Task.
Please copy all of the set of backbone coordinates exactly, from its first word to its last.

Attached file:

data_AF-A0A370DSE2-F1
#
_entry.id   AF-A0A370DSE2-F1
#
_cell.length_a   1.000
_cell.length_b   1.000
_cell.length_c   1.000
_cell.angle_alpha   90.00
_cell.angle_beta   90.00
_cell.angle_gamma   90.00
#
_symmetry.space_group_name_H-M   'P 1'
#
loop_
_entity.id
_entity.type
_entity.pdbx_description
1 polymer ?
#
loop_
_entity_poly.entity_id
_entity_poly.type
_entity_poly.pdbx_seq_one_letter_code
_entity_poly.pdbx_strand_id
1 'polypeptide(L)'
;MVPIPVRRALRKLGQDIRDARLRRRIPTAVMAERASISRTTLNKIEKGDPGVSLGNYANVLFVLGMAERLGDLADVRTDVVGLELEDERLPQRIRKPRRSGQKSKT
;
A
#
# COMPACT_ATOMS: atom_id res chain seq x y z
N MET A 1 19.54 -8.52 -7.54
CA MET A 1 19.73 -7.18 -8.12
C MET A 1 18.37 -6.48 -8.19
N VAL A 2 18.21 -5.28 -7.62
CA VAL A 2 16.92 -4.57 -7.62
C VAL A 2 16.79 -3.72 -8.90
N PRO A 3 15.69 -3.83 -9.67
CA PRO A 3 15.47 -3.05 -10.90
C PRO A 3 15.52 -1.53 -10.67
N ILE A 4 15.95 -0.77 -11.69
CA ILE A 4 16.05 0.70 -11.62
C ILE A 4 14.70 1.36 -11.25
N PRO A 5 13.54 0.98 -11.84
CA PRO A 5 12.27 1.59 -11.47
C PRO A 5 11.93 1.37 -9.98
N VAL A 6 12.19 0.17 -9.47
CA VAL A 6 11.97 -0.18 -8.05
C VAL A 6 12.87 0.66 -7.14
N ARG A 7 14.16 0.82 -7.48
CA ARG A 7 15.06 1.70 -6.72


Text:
data_AF-A0A370DSE2-F1
#
_entry.id   AF-A0A370DSE2-F1
#
_cell.length_a   1.000
_cell.length_b   1.000
_cell.length_c   1.000
_cell.angle_alpha   90.00
_cell.angle_beta   90.00
_cell.angle_gamma   90.00
#
_symmetry.space_group_name_H-M   'P 1'
#
loop_
_entity.id
_entity.type
_entity.pdbx_description
1 polymer ?
#
loop_
_entity_poly.entity_id
_entity_poly.type
_entity_poly.pdbx_seq_one_letter_code
_entity_poly.pdbx_strand_id
1 'polypeptide(L)'
;MVPIPVRRALRKLGQDIRDARLRRRIPTAVMAERASISRTTLNKIEKGDPGVSLGNYANVLFVLGMAERLGDLADVRTDVVGLELEDERLPQRIRKPRRSGQKSKT
;
A
#
# COMPACT_ATOMS: atom_id res chain seq x y z
N MET A 1 19.54 -8.52 -7.54
CA MET A 1 19.73 -7.18 -8.12
C MET A 1 18.37 -6.48 -8.19
N VAL A 2 18.21 -5.28 -7.62
CA VAL A 2 16.92 -4.57 -7.62
C VAL A 2 16.79 -3.72 -8.90
N PRO A 3 15.69 -3.83 -9.67
CA PRO A 3 15.47 -3.05 -10.90
C PRO A 3 15.52 -1.53 -10.67
N ILE A 4 15.95 -0.77 -11.69
CA ILE A 4 16.05 0.70 -11.62
C ILE A 4 14.70 1.36 -11.25
N PRO A 5 13.54 0.98 -11.84
CA PRO A 5 12.27 1.59 -11.47
C PRO A 5 11.93 1.37 -9.98
N VAL A 6 12.19 0.17 -9.47
CA VAL A 6 11.97 -0.18 -8.05
C VAL A 6 12.87 0.66 -7.14
N ARG A 7 14.16 0.82 -7.48
CA ARG A 7 15.06 1.70 -6.72